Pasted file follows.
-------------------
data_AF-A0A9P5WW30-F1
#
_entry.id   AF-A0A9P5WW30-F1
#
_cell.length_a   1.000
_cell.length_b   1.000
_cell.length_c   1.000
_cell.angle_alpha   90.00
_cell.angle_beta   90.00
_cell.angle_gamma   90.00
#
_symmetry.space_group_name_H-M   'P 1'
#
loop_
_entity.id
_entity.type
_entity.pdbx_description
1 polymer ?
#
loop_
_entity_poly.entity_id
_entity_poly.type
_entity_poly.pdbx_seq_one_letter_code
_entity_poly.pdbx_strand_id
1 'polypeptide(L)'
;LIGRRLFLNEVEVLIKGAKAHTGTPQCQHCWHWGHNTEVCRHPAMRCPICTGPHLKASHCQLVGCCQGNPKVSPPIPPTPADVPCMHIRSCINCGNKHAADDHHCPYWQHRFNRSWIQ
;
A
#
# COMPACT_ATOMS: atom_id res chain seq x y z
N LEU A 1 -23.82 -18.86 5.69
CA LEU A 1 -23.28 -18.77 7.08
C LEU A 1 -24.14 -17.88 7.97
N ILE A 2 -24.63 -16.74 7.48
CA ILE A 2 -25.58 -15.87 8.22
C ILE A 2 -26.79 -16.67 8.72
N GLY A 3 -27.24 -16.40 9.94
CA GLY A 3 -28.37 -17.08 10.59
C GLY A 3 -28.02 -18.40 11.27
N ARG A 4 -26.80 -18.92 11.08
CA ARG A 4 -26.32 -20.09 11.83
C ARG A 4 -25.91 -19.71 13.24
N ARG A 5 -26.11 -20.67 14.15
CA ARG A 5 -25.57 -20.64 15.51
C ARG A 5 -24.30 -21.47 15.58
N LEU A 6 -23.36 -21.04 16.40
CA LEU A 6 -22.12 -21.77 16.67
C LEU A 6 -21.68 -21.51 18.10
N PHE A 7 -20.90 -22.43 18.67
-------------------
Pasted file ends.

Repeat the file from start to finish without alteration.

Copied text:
data_AF-A0A9P5WW30-F1
#
_entry.id   AF-A0A9P5WW30-F1
#
_cell.length_a   1.000
_cell.length_b   1.000
_cell.length_c   1.000
_cell.angle_alpha   90.00
_cell.angle_beta   90.00
_cell.angle_gamma   90.00
#
_symmetry.space_group_name_H-M   'P 1'
#
loop_
_entity.id
_entity.type
_entity.pdbx_description
1 polymer ?
#
loop_
_entity_poly.entity_id
_entity_poly.type
_entity_poly.pdbx_seq_one_letter_code
_entity_poly.pdbx_strand_id
1 'polypeptide(L)'
;LIGRRLFLNEVEVLIKGAKAHTGTPQCQHCWHWGHNTEVCRHPAMRCPICTGPHLKASHCQLVGCCQGNPKVSPPIPPTPADVPCMHIRSCINCGNKHAADDHHCPYWQHRFNRSWIQ
;
A
#
# COMPACT_ATOMS: atom_id res chain seq x y z
N LEU A 1 -23.82 -18.86 5.69
CA LEU A 1 -23.28 -18.77 7.08
C LEU A 1 -24.14 -17.88 7.97
N ILE A 2 -24.63 -16.74 7.48
CA ILE A 2 -25.58 -15.87 8.22
C ILE A 2 -26.79 -16.67 8.72
N GLY A 3 -27.24 -16.40 9.94
CA GLY A 3 -28.37 -17.08 10.59
C GLY A 3 -28.02 -18.40 11.27
N ARG A 4 -26.80 -18.92 11.08
CA ARG A 4 -26.32 -20.09 11.83
C ARG A 4 -25.91 -19.71 13.24
N ARG A 5 -26.11 -20.67 14.15
CA ARG A 5 -25.57 -20.64 15.51
C ARG A 5 -24.30 -21.47 15.58
N LEU A 6 -23.36 -21.04 16.40
CA LEU A 6 -22.12 -21.77 16.67
C LEU A 6 -21.68 -21.51 18.10
N PHE A 7 -20.90 -22.43 18.67